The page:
A prime contractor was unable to secure a summary judgment against its electrical subcontractor regarding the collection of delay damages from the subcontractor. The U.S. District Court for the Middle District of Florida refused to issue the summary judgment because the subcontractor had enough proof to raise a viable argument that it was entirely not to blame for the delays that led to the imposition of damages. The sticking point, for the prime contractor, was the terms of its own subcontractor agreement, which gave the prime contractor discretion to apportion the payment of damages among its subcontractors, but did not give it discretion to determine which subcontractors were, or were not, at fault in causing the delay.
The case arose from a project at an air force base in North Carolina. The project’s prime contractor, Central Florida-based The Davis Group, Inc., agreed to build a radar approach control for the US Army Corps of Engineers. Davis signed Ace Electric, Inc. to serve as the subcontractor responsible for electrical work on the project. The contract called for certain protocols if the electrical work did not proceed according to schedule, including the contractor’s right to recover from its subcontractors any damages it owed on account of a delay if that subcontractor was wholly or partially responsible for the delay.
The project ran well over the deadline, not wrapping up until more than eight months after the original deadline. The Corps assessed liquidated damages against Davis for those delays. Davis, in turn, attempted to exercise its agreements with its subcontractors to make the subcontractors pay the damages. Ace refused to pay any of the damages. A flurry of court filings ensued, with Davis suing Ace in federal court in Florida for breach of contract. The prime contractor eventually filed three different motions for summary judgment against the subcontractor, arguing that the terms of its contract with Ace plainly gave it the right to collect the delay damages from the subcontractors, including Ace. Ace, on the other had, argued that it could not be required to pay because it did not cause the delays and that the contractor’s apportionment of damages was unreasonable.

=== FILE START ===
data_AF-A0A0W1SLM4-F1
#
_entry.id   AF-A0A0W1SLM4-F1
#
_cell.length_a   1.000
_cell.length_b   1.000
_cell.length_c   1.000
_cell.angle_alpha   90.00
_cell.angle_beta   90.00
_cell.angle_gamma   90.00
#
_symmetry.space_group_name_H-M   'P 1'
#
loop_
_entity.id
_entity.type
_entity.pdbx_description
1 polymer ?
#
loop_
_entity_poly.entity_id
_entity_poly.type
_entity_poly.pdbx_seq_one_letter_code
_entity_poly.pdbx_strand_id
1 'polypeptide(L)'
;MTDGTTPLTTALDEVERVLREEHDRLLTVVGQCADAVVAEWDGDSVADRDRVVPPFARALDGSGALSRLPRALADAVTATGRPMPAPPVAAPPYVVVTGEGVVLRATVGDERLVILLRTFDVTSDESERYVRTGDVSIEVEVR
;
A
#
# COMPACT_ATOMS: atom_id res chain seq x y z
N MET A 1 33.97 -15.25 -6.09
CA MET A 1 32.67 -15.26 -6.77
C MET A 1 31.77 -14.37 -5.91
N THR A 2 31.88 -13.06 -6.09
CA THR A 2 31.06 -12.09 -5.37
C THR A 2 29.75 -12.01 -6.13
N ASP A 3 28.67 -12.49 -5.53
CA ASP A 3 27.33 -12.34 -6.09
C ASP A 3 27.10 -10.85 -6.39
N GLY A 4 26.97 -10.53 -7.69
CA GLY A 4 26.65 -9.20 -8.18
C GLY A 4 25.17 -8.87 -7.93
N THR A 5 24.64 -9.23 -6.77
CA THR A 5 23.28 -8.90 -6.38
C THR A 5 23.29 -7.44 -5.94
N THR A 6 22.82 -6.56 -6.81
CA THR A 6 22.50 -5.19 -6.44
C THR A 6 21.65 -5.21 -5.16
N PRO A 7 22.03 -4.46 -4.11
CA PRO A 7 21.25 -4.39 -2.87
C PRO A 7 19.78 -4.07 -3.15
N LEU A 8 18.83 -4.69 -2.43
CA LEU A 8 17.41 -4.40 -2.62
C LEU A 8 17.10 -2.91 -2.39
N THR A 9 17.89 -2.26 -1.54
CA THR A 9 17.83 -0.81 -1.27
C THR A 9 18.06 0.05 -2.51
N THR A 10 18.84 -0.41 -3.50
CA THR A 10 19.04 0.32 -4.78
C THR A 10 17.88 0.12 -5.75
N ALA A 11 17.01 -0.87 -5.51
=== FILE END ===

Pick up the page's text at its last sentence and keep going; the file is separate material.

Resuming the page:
The court denied all of the contractor’s motions. One of the failings in Davis’ case lay within the terms of its agreement with its subcontractor. While the contract with Ace gave Davis the right to collect a portion of the liquidated delay damages from the subcontractor, the agreement only allowed Davis to do so if the subcontractor was responsible, in whole or in part, for the delays that triggered the damages assessment. Equally importantly, while the contract gave the contractor wide latitude in deciding which portion each subcontractor should pay, it did not give Davis the discretion to decide unilaterally whether or not a particular subcontractor had a hand in causing the delays.
In this case, there was a genuine dispute regarding whether or not Ace was part of the cause for the delays. The subcontractor had an expert witness who concluded that the delays were 100% not Ace’s fault. If Ace was blameless when it came to causing the project delays, by the terms of the agreement, Davis was not entitled to collect a portion of the liquidated damages from Ace. Since Ace had enough evidence to demonstrate the presence of a legitimate factual dispute regarding whether Davis was entitled to collect from the subcontractor, issuing a summary judgment in favor of the prime contractor was improper.
In dealing with any complex business dispute, such as a contractor-subcontractor disagreement, it is important to have experienced and skilled legal counsel on your side. The Florida business law attorneys at Stok Folk + Kon have many years of experience helping business clients pursue the best results possible. Talk to our commercial litigation attorneys today about your case and see how we can help you.
Contact us online or by calling (954) 237-1777 to schedule your consultation.
More blog posts:
Default Judgment Blocks Arguments About Liability in Florida Contract Dispute Case, Florida Business Lawyers Blog, Nov. 11, 2015
Company’s Lack of Bad Intent Allows It to Escape Contempt in Florida Breach of Contract Case, Florida Business Lawyers Blog, May 27, 2015